By Stephanie Finnegan
One of collector Becky Feaster’s favorite pastimes is reading. She adores being immersed in historical fiction and nonfiction. “I like fiction that places the main characters into a real historical event and location. I enjoy reading about Victorian England, too,” the Texas resident reveals.
Before moving to Texas, the Feaster family lived in Hershey, Pennsylvania, and the self-proclaimed history buff often “dragged” the kids to every Civil War battlefield and National Registry locale that she and her husband could find.
“I still like to visit historical sites on vacation. This spring, we went to Charleston, South Carolina. We enjoyed the food, the waterfronts, the people, and this awesome historical town (Colonial, Revolutionary and Civil War). I am doing genealogical research on my family and I love it!” she declares.
So it makes perfect sense that when Feaster became enamored with Department 56 collecting, her affinity led her to the wonderful world of Charles Dickens.
“It all began in 1998 when my mother-in-law gave me the Dickens' Village ‘Start a Tradition Set,’ with the ‘Sudbury Church’ and the ‘Old East Rectory,’” Feaster elaborates. The enthusiast took the set’s slogan to heart, and did indeed begin to cultivate a tradition for herself and her now two grown daughters, aged 22 and 27.
“I loved the details of the houses and accessories, and since I am such a huge history fan, I liked that the products were from Victorian London and the Dickens books. This all appealed to me.”
As she began to acquire buildings and accessories—she estimates that she has 60 lit buildings and over 150 total pieces—her daughters also got into the act.
“When they were little, my daughters used to play with the people and make up their own stories,” Feaster recalls with a chuckle. “I would never know where I might find my accessories and people because they’d be moved around. The girls never broke any because they knew these were ‘special,’ so they took care. My family has always loved my ‘houses,’ as they call them.”
Utilizing the figures and the buildings to weave a tale wasn’t just her children’s favorite pastime; it’s also Feaster’s!
“I especially like my waterfront display, for I envision these people seeing each other regularly in the business of the harbor. I have been to Mystic Seaport in Connecticut, so I imagine that my waterfront could have been like that place,” Feaster muses.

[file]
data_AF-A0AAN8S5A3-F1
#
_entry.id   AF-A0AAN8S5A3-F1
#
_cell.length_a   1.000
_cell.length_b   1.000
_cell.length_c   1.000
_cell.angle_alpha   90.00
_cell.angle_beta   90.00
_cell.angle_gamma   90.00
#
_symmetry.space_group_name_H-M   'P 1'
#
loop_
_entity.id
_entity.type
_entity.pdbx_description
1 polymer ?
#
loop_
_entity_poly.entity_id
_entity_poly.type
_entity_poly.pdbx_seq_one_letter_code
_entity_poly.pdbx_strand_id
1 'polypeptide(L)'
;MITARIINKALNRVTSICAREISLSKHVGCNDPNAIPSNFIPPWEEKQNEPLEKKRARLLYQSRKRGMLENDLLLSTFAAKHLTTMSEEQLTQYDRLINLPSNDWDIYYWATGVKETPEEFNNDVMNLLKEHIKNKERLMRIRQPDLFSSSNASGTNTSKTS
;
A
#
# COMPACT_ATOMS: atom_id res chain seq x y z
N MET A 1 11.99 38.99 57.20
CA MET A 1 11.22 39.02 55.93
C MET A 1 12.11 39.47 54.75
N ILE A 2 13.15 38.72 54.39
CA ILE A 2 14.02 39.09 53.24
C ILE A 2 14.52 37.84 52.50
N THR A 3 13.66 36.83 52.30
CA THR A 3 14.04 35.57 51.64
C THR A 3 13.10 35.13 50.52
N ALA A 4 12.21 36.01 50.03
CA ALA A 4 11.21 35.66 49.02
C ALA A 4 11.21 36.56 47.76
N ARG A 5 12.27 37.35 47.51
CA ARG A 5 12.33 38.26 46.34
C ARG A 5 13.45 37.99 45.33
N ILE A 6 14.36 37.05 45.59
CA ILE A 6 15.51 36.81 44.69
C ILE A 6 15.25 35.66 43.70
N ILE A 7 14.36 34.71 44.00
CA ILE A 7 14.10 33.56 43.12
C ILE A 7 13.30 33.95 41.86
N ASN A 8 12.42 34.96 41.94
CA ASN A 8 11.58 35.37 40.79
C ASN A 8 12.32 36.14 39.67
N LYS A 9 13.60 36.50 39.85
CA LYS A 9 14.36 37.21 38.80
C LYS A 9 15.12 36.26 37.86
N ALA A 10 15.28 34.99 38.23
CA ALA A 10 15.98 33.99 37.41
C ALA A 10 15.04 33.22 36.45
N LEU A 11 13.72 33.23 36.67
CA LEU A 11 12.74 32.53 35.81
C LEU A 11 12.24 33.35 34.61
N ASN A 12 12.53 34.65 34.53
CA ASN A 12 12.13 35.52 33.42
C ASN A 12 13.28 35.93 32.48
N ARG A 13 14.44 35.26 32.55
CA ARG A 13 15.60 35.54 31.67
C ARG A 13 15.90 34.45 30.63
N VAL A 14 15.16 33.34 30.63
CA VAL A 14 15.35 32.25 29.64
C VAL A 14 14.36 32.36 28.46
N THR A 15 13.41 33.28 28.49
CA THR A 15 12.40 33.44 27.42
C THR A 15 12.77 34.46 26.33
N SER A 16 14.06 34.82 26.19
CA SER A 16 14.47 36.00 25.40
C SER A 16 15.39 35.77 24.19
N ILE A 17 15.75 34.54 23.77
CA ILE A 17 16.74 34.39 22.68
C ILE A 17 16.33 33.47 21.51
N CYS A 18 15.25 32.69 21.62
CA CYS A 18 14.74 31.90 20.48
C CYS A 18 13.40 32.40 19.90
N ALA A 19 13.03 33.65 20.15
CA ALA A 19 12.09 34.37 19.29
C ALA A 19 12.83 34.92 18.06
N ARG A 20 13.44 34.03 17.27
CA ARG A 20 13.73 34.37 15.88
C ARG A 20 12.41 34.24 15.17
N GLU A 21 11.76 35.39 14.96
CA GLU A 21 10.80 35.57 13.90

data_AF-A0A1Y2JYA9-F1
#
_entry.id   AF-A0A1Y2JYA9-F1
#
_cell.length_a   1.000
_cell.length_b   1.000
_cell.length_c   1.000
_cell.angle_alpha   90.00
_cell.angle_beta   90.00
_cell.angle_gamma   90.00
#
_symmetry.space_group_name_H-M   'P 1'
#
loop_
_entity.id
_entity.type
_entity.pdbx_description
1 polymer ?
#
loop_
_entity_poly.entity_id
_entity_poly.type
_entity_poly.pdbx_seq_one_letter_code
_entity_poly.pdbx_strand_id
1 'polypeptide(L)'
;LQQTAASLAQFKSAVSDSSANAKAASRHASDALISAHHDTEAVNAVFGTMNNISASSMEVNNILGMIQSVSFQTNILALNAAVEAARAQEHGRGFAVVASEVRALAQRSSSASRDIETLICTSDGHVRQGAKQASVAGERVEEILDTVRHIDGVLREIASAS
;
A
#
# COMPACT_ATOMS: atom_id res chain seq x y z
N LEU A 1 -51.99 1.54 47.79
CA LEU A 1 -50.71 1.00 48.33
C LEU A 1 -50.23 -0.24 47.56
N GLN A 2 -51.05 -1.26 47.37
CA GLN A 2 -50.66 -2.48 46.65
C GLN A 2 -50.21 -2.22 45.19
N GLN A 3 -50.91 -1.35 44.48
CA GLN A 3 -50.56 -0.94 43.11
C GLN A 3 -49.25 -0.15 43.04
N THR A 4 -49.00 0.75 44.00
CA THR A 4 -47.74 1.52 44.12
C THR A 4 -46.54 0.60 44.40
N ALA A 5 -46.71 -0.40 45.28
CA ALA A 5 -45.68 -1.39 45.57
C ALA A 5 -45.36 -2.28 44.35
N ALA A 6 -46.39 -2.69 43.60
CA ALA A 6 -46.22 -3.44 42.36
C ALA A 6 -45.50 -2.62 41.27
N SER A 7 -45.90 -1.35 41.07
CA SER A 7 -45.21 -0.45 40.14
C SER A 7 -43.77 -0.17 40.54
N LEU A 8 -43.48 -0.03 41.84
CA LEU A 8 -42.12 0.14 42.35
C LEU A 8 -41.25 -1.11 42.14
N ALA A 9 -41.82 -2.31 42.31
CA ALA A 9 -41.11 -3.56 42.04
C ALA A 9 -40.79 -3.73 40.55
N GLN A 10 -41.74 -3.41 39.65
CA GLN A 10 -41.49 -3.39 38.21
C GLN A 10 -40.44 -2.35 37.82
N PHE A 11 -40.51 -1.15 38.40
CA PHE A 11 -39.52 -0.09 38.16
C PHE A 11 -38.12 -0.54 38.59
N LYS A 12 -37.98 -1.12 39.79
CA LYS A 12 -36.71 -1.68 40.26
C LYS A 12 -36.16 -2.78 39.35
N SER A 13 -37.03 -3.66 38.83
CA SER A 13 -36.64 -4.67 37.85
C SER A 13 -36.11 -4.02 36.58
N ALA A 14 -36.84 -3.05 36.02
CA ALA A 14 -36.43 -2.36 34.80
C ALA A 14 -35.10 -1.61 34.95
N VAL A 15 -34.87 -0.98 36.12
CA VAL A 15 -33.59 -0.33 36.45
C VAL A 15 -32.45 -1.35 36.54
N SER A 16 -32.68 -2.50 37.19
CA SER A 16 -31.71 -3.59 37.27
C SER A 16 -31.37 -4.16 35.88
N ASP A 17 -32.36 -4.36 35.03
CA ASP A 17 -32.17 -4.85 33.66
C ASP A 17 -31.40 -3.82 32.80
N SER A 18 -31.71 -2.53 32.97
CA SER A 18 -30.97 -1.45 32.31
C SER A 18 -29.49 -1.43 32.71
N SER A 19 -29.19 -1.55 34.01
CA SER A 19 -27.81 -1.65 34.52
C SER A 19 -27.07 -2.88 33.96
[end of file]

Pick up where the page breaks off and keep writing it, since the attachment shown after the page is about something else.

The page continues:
Her setups are arranged throughout her house in the so-called “public places” of the floor plan: “I display them in the family room, dining room, kitchen, hallways, foyer, and media room. I put up the village in October and keep it up until February. My husband has said to me that the house is not decorated for the holidays unless the village is out on display. My villages always give me peace and joy. The lit buildings seem to give my home a peaceful glow, and the stories of each display—and the people’s reactions to it—give me joy.”
Around the holidays, Feaster—like many Turner Classic Movies watchers—will find herself tuned into one of the classic filmed versions of Dickens’ A Christmas Carol. However, she confesses that she has an unusual favorite retelling of the tale of avarice and redemption. “I really like the Disney animated version with Mickey Mouse as Bob Cratchit. This could be because my daughter and her husband are both animators.” When it comes to other Dickens-inspired movies, Feaster is more of a purist, admitting that she prefers the ones that feature real-life actors, not cartoon characters.
Honoring the British author who had such a vast imagination and widespread influence on all who followed, the collector has incorporated actual Charles Dickens books into her vignettes. “I recently picked up a vintage hardback copy of The Old Curiosity Shop and integrated it into my display,” she proudly states.
The specter of Charles Dickens glides over Becky Feaster’s collection, and 2012—the bicentenary of the author’s birth—has made her arrangements even more significant and meaningful. Even when the pieces aren’t on display, the collector is caring for and respecting them.
“I’ve had shelving built with electrical outlets and extra shelving built in my master bedroom closet for storage when not displayed. You really can’t keep them in the garage in south Texas—the summer heat would destroy them,” she explains. Preserving and protecting these items are important for Feaster. The same way that she has relished the landmarks and national tourist attractions that honor the history of her nation, she feels the need to preserve her personal heirlooms and treasures.
“I am looking forward to one day sharing my village with my grandchildren,” she comments. “Or after I’m gone, I believe my daughters will probably split the collection. I’m sure they each have their own favorite pieces. I know they will keep the tradition going!”